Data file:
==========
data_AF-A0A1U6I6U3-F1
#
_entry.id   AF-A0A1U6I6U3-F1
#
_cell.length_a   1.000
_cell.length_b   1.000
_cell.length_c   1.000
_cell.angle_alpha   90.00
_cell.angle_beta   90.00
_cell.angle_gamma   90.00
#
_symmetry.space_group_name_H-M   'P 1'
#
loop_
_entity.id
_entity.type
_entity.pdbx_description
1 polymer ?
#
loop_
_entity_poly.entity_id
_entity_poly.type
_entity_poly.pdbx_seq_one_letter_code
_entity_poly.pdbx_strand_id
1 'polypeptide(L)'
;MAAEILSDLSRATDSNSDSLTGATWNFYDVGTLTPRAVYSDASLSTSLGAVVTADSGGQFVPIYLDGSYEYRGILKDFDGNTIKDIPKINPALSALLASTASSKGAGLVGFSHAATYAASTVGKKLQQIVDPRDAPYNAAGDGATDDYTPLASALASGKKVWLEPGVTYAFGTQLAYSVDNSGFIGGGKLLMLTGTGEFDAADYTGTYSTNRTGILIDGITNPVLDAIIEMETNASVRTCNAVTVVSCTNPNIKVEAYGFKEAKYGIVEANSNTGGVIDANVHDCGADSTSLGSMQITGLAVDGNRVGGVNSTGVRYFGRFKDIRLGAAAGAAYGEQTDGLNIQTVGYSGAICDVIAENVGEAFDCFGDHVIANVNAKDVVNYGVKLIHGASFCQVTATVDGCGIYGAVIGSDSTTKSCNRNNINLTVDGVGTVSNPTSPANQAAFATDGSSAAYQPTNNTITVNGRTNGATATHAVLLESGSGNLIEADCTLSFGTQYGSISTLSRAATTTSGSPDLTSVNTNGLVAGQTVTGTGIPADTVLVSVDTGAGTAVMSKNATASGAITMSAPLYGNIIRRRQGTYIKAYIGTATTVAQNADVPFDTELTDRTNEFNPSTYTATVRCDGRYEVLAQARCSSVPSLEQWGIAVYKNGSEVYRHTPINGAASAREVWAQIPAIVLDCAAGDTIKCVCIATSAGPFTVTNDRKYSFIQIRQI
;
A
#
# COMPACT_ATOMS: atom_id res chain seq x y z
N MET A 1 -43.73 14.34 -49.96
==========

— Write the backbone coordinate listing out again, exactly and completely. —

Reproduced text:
data_AF-A0A1U6I6U3-F1
#
_entry.id   AF-A0A1U6I6U3-F1
#
_cell.length_a   1.000
_cell.length_b   1.000
_cell.length_c   1.000
_cell.angle_alpha   90.00
_cell.angle_beta   90.00
_cell.angle_gamma   90.00
#
_symmetry.space_group_name_H-M   'P 1'
#
loop_
_entity.id
_entity.type
_entity.pdbx_description
1 polymer ?
#
loop_
_entity_poly.entity_id
_entity_poly.type
_entity_poly.pdbx_seq_one_letter_code
_entity_poly.pdbx_strand_id
1 'polypeptide(L)'
;MAAEILSDLSRATDSNSDSLTGATWNFYDVGTLTPRAVYSDASLSTSLGAVVTADSGGQFVPIYLDGSYEYRGILKDFDGNTIKDIPKINPALSALLASTASSKGAGLVGFSHAATYAASTVGKKLQQIVDPRDAPYNAAGDGATDDYTPLASALASGKKVWLEPGVTYAFGTQLAYSVDNSGFIGGGKLLMLTGTGEFDAADYTGTYSTNRTGILIDGITNPVLDAIIEMETNASVRTCNAVTVVSCTNPNIKVEAYGFKEAKYGIVEANSNTGGVIDANVHDCGADSTSLGSMQITGLAVDGNRVGGVNSTGVRYFGRFKDIRLGAAAGAAYGEQTDGLNIQTVGYSGAICDVIAENVGEAFDCFGDHVIANVNAKDVVNYGVKLIHGASFCQVTATVDGCGIYGAVIGSDSTTKSCNRNNINLTVDGVGTVSNPTSPANQAAFATDGSSAAYQPTNNTITVNGRTNGATATHAVLLESGSGNLIEADCTLSFGTQYGSISTLSRAATTTSGSPDLTSVNTNGLVAGQTVTGTGIPADTVLVSVDTGAGTAVMSKNATASGAITMSAPLYGNIIRRRQGTYIKAYIGTATTVAQNADVPFDTELTDRTNEFNPSTYTATVRCDGRYEVLAQARCSSVPSLEQWGIAVYKNGSEVYRHTPINGAASAREVWAQIPAIVLDCAAGDTIKCVCIATSAGPFTVTNDRKYSFIQIRQI
;
A
#
# COMPACT_ATOMS: atom_id res chain seq x y z
N MET A 1 -43.73 14.34 -49.96